If your largest group is smaller than your opponent’s, you can sometimes enlarge your largest group to match the size of your opponent’s. This doesn’t trigger the catchup mechanism, but if your second-largest group is larger than your opponent’s at that time, you effectively take the lead!
A good player can use this effect to “draft” – to stay neck-and-neck without triggering the catchup mechanism. If his opponent then triggers the catchup mechanism, he can take much stronger advantage of it: it becomes less of a catchup mechanism and more of a “leap out in front” mechanism.
As I say, this doesn’t make the catchup mechanism too strong at my skill level or any level below it, but it could make it too strong at higher levels.
My fix, if one turns out to be needed, is to trigger the catchup mechanism when a player increases or matches the size of the largest group. This would keep a trailing player from “drafting” as closely, and would thereby reduce the incentive to trail.
Of course, this change might also make the catchup mechanism too weak for lower skill-levels, which means maybe we should present it as an advanced option.
#2 – Different opening setup for larger boards
Catchup is played only on a hex board with 61 spaces. On larger boards, the game’s opening turns are harder to understand, too hard. Can this be fixed?
My proposed solution: when playing on a larger board, before each game, place a small number of “neutral” stones on randomly chosen spaces. These stones will not belong to either players’ groups, but will instead act as barricades. This would:
1. shorten the opening.
2. give players a strategic focus (how do you exploit those barricades to limit your opponent’s group size, and prevent your opponent from doing the same to you?)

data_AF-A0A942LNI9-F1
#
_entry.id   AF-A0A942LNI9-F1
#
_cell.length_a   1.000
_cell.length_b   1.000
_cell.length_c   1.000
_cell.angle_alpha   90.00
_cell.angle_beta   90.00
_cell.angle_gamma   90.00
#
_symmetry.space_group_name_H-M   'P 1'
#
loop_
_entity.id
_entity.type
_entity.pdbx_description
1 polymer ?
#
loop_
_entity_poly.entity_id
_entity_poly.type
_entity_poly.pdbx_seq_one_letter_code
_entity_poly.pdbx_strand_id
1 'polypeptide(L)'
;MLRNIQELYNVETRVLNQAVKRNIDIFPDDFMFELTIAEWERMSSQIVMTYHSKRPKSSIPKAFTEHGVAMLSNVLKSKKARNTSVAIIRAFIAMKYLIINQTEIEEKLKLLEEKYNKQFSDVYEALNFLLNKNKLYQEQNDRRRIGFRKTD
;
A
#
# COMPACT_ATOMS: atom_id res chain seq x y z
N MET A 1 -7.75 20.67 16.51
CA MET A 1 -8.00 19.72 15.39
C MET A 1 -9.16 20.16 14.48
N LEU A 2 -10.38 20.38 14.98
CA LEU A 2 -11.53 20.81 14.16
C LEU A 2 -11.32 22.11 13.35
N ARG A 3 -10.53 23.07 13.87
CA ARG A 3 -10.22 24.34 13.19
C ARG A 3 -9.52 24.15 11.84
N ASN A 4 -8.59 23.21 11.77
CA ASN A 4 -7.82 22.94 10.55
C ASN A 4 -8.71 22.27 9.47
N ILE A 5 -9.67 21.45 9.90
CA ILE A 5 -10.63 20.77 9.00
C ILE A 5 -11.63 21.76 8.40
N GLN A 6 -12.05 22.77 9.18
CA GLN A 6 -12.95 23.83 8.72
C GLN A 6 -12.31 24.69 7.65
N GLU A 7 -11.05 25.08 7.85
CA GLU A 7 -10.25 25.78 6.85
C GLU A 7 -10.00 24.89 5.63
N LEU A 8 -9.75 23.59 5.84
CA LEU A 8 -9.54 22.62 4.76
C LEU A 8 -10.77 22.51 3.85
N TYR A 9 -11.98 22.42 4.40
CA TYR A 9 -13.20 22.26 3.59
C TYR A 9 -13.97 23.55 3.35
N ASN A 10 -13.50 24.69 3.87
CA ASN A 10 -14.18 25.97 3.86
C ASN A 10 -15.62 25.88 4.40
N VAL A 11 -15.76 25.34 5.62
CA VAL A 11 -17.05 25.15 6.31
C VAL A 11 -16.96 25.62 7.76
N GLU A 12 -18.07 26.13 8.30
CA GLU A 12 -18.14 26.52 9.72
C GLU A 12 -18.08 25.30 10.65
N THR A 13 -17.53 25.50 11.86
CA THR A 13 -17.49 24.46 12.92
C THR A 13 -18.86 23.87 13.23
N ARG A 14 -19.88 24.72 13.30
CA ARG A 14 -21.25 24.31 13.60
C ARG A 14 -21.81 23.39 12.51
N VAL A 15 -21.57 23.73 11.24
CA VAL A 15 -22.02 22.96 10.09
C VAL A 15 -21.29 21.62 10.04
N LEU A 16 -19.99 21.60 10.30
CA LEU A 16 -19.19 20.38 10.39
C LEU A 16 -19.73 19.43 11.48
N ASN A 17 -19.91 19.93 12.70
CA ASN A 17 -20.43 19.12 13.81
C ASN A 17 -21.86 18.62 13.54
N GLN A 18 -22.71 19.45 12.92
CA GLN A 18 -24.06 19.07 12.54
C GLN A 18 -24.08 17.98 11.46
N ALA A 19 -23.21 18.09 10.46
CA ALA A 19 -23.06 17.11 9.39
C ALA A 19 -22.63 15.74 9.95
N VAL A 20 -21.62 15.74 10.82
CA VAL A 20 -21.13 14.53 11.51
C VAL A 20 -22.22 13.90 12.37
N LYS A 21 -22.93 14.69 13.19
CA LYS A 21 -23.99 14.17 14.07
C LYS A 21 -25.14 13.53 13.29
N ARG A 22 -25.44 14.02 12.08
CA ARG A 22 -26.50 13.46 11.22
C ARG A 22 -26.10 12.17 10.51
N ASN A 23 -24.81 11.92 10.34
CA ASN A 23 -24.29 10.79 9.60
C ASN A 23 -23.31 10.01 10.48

3. add variety. Each game would play out differently depending on the random setup.
Because this would only apply to larger boards, we should present it as an advanced option as well.
#3 – A handicapping system
This is simplest modification and the one I’m most sure will improve the game.
Like many luckless games exhibiting emergent complexity, skill matters a lot in Catchup.
You don’t want to feel like the outcome of a game is a foregone conclusion because your opponent is a little more or less experienced than you. My favorite fix (when adding luck isn’t an option) is to add a handicap system.
Thankfully, unlike for many games of its kind, Catchup allows for a simple, clean, and adjustable handicap: before the game begins, the players agree to add a certain number of points to the weaker player’s score (i.e. her largest group size, but not the size of any of her other groups) at game’s end. Scores are then compared as normal.
That’s it. If you like this stuff and want us to include it, by Jove look for Catchup in the app store on August 7, and please help us promote it by telling people you know about it. We’ll be grateful and will probably write Sonnets about you.
(also, if you help us spread the word, you’ll be entered to win an artist-created tabletop version of the game, which I will fly to you and present in person.)